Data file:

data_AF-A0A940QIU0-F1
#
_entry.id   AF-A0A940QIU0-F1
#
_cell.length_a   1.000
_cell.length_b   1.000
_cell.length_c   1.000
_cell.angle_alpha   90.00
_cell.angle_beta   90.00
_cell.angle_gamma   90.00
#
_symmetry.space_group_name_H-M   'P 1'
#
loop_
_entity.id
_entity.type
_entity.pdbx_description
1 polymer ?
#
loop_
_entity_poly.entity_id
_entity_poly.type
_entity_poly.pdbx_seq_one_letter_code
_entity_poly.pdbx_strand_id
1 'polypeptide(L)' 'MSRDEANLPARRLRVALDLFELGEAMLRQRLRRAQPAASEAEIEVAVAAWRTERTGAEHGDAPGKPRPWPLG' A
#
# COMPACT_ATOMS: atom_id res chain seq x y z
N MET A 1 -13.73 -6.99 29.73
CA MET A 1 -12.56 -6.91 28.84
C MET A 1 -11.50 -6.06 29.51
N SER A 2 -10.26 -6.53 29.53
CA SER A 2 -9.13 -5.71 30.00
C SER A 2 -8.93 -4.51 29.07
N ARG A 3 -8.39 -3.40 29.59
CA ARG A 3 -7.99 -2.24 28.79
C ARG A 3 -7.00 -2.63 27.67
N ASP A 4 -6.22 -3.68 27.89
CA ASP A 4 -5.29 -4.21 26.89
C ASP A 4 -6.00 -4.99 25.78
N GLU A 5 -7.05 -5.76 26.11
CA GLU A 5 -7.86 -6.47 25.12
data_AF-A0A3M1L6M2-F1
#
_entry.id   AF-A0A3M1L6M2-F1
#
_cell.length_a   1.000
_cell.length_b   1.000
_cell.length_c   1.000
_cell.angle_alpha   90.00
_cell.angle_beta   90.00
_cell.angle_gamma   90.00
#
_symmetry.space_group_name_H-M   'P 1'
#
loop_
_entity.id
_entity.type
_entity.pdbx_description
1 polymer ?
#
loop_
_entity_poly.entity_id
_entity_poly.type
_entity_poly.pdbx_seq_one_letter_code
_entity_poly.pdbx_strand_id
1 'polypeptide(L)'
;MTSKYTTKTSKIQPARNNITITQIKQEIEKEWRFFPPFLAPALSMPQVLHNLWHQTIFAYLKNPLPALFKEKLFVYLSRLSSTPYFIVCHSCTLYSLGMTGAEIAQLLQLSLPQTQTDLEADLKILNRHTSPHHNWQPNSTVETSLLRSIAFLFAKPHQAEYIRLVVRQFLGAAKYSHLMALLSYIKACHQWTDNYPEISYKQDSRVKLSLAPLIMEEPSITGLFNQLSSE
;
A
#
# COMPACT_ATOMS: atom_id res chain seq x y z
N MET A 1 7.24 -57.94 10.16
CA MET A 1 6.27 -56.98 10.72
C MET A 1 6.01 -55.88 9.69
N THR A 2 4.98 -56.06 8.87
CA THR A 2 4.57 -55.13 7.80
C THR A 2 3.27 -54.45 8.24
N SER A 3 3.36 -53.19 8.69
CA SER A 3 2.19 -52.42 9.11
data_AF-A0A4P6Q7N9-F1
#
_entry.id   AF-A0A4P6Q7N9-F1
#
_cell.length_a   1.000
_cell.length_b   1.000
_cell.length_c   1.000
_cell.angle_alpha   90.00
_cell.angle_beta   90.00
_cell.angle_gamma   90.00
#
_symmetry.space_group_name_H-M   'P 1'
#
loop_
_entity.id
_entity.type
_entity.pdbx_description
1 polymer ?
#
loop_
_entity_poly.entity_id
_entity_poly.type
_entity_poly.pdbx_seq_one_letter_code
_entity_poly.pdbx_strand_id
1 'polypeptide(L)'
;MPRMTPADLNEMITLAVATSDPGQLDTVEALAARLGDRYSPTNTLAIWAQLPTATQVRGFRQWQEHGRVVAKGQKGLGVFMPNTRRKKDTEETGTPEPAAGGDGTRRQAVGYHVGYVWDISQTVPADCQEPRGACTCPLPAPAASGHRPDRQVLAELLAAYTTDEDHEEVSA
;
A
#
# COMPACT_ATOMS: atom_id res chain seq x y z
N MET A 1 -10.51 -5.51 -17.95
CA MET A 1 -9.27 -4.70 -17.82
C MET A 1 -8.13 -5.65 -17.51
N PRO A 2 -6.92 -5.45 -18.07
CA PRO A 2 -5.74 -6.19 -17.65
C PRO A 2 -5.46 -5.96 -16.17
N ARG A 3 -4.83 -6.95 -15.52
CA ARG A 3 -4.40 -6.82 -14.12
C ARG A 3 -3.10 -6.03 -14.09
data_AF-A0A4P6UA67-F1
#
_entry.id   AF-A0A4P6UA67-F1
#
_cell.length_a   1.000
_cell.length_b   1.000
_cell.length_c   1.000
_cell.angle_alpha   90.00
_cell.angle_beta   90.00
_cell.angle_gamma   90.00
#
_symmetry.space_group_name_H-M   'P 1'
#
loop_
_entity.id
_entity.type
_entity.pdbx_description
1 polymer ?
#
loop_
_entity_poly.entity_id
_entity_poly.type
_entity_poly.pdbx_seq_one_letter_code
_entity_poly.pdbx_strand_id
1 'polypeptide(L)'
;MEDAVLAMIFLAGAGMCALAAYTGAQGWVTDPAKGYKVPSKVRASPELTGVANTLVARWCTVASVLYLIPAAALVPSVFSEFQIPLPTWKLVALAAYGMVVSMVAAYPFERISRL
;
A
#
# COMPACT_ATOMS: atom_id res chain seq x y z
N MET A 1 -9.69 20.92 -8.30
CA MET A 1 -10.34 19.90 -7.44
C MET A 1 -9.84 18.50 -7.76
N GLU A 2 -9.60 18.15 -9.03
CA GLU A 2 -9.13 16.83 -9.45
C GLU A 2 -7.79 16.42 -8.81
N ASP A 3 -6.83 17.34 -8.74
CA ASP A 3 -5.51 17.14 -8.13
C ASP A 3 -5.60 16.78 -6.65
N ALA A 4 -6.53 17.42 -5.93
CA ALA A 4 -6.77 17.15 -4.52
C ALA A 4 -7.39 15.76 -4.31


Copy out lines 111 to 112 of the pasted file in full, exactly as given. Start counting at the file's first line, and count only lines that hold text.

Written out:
CA MET A 1 -9.27 -4.70 -17.82
C MET A 1 -8.13 -5.65 -17.51